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New Tech Enables "Near-Patient" Post-Op Monitoring

Tue, 09/07/2010 - 5:07am

What if patients could walk into the pharmacy and get a self diagnostic test for conditions that currently require clinical laboratory testing?

Or what if patients could get a an instant test result relative to their post-surgical condition after being treated for cardiac disease or breast cancer?

Cambridge Consultants, a product development firm, has reportedly launched the technology for enabling a new generation of high-sensitivity, rapid diagnostic tests that can be self-administered in “near-patient” settings either in conjunction with medical professionals’ guidance, or at home. The firm states that this new technology can actually detect a problem far earlier than current methods by using a novel spectroscopy technique and an advanced electronic detector.

Current self diagnostic tests, such as home pregnancy tests, do not demand the sensitivity requirements of some clinical tests because the biomarker they are trying to detect is present in significant amounts. However, Cambridge Consultants' technology takes advantage of Time Resolved Fluorescence, which they describe as an innovative spectroscopy technique.

Combined with a small electronic reader developed by Cambridge, the new platform delivers over four orders of magnitude more sensitivity when compared to existing tests, allowing a wide range of other biomarkers to be measured that are present in far smaller quantities. According to the company, this new technology is accurate and low cost enough for use in near-patient situations or developing nations where laboratory resources are at a minimum.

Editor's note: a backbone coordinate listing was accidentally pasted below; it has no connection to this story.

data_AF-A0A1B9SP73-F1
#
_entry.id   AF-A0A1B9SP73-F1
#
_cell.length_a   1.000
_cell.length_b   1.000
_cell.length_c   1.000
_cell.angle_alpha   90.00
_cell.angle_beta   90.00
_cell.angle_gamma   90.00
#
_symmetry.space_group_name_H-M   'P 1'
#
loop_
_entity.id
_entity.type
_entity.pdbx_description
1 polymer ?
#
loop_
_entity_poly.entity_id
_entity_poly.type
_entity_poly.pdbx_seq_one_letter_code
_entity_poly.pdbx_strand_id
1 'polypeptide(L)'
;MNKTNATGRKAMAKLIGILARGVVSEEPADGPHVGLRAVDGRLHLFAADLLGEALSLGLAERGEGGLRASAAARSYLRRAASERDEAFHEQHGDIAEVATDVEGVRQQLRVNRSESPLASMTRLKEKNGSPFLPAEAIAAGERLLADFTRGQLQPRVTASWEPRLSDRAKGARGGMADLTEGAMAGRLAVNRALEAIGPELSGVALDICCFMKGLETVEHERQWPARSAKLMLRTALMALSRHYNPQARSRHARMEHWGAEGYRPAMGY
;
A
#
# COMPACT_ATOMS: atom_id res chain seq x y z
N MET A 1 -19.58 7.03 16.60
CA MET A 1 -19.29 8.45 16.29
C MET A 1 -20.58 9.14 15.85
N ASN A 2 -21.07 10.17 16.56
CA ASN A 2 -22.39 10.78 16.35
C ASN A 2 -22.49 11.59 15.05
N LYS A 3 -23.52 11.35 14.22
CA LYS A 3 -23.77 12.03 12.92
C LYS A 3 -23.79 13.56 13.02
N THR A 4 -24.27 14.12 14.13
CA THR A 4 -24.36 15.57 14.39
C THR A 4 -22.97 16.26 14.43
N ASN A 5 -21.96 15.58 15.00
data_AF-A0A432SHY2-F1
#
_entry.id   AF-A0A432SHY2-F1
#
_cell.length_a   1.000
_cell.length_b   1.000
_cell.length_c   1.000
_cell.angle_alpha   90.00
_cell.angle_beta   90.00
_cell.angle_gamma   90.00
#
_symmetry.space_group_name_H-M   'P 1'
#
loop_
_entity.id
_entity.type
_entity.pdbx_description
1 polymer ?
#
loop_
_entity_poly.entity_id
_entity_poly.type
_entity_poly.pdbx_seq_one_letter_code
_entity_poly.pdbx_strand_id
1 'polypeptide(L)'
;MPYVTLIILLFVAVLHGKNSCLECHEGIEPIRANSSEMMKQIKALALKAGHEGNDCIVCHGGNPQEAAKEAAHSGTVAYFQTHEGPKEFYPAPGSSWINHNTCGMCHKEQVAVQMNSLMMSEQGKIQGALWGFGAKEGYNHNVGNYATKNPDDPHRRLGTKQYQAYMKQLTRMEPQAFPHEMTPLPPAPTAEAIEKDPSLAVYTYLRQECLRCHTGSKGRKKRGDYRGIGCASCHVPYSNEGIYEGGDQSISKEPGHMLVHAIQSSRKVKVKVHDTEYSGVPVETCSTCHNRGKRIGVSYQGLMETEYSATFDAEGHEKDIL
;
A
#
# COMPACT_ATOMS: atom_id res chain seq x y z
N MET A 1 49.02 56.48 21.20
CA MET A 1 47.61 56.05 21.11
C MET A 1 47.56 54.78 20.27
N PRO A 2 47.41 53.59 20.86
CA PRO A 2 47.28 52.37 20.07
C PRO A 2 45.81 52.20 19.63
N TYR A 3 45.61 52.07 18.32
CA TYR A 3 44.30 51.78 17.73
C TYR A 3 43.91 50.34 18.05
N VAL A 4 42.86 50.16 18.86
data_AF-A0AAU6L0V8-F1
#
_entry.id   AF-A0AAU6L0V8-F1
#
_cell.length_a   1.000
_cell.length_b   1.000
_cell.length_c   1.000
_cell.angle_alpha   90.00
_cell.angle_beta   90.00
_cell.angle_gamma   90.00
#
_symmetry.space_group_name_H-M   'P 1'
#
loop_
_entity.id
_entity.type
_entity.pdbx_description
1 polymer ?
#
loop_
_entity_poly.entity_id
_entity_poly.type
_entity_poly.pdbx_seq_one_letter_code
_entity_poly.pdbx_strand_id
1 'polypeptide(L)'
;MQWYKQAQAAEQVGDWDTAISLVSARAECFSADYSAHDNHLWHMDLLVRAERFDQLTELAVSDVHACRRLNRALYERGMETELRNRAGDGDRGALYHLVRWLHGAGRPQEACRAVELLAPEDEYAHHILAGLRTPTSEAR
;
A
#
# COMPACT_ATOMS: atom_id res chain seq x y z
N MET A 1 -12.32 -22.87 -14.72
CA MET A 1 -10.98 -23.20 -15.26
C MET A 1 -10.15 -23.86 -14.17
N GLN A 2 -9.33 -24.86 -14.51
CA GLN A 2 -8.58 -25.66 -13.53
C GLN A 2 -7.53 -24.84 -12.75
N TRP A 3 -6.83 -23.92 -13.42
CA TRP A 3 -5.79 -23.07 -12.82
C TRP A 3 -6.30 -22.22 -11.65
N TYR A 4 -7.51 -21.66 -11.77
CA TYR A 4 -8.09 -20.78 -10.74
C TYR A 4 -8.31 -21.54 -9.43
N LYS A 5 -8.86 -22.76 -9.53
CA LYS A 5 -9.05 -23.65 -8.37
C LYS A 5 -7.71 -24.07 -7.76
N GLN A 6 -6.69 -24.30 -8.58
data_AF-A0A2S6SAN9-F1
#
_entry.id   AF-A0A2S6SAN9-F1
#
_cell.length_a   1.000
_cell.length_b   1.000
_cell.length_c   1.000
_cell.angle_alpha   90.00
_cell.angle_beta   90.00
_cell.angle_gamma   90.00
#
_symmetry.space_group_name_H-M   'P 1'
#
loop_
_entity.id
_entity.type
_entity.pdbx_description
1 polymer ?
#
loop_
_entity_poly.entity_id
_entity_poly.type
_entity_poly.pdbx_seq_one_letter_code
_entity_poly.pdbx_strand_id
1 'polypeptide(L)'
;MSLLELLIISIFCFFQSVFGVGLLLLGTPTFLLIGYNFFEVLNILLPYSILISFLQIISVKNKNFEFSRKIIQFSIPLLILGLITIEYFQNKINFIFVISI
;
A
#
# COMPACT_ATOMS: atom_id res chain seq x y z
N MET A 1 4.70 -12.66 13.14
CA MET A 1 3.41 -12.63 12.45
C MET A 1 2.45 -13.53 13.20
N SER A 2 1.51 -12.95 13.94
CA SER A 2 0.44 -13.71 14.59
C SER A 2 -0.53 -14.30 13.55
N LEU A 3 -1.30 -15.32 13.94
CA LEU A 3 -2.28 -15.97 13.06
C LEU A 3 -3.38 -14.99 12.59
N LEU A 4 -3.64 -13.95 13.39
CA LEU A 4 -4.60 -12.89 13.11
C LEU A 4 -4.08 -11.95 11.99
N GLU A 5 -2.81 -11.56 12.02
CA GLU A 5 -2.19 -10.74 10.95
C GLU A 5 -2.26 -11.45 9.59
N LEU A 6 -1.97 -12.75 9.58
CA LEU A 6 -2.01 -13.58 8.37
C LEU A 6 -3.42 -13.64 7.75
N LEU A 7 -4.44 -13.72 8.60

“While there have been immense advances in surgical and pharmaceutical technology in recent years, near-patient or home diagnostics is still mainly limited to pregnancy and glucose testing,” commented Simon Burnell, Head of Diagnostics at Cambridge Consultants. “Our TRF technology can now deliver the sensitivity required to satisfy the demand for earlier diagnosis and the detection of a wider range of biomarkers in a very simple format. Moreover, the technology is in a position for a rapid transition to a consumer product, meaning consumers could be seeing the new generation of tests on shelves in 18 months.”

Cambridge Consultants has already demonstrated the detection of a cardiac disease marker and is continuing to develop other tests.

www.CambridgeConsultants.com  

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